CREATION AND DEVELOPMENT
In the 1800s, Augustin Louis Cauchy, a pioneer in mathematical analysis, studied the stiffness of an “articulated octahedron” which is the ancestor of the hexapod.
In 1949, V. Eric Gough, an engineer at Dunlop in England, advanced in research and built a parallel mechanism to test tires under different loads. A few years later, in 1965, D. Stewart began using a variant of the hexapod for flight simulators.
The robot he built will be renamed in his name the “Stewart platform”, which is also sometimes found under the more correct name of “Gough-Stewart platform”. Over the years, the hexapod has been updated by several engineers (Klaus Cappel, H. McCallion, etc.).
STEWART PLATFORM DYNAMICS
The mechanism is a kinematic structure composed of two platforms and six cylinders. The base platform is fixed while the upper platform and the six cylinders are mobile.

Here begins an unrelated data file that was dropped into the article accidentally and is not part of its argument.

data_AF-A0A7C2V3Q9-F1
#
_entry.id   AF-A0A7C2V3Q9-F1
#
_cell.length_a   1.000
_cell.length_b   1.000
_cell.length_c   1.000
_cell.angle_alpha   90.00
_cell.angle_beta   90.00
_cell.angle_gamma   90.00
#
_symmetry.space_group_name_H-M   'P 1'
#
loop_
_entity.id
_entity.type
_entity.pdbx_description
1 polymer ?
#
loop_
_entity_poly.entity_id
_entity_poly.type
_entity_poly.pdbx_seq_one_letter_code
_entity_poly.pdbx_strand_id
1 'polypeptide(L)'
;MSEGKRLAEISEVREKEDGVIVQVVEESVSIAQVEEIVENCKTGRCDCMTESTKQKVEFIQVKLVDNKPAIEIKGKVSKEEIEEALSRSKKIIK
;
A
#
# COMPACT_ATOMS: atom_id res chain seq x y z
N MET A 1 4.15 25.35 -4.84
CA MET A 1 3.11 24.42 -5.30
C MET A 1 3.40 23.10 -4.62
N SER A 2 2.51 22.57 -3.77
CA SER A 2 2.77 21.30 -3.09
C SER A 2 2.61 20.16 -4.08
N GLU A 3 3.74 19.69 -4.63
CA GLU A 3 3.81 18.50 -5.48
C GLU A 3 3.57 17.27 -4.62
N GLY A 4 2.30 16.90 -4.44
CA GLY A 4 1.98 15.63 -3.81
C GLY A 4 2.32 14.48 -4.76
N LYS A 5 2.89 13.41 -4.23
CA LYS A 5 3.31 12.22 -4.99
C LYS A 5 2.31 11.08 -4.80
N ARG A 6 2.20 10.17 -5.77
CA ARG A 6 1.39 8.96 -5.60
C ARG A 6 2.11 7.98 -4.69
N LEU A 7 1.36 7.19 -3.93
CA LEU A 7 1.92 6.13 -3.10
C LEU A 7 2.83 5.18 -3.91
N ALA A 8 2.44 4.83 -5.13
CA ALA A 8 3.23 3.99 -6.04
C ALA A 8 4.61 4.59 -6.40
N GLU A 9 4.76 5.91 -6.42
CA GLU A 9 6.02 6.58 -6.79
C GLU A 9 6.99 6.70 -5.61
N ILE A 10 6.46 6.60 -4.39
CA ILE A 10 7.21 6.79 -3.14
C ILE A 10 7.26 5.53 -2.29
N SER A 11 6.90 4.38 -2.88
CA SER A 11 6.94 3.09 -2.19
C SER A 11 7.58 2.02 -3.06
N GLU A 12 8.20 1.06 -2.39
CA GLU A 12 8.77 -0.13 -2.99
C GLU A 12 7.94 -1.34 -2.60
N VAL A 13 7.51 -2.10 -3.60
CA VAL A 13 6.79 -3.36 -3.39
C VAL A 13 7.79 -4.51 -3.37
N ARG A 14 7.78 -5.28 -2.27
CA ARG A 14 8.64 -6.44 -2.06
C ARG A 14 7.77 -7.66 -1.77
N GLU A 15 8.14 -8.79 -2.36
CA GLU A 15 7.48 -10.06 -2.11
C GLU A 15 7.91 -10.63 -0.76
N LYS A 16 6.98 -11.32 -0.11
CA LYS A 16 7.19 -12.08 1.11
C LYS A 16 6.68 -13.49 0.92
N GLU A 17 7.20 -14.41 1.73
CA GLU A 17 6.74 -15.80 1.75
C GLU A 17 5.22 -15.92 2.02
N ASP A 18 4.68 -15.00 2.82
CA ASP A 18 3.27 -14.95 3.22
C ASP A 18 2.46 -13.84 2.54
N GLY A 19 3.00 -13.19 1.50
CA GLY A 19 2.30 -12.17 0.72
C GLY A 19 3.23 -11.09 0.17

The cylinders are connected to the upper platform by a mobile articulation, the other end of each cylinder is attached to the base by another articulation. All the cylinders are independent of each other and allow the upper platform to be oriented and positioned.
Stewart’s platforms have historically been used in machine tools, tire test benches, maritime research, swell simulation, flight simulators, antenna positioning, terrestrial and space telescopes, orthopedic surgery…
New uses are invented day after day.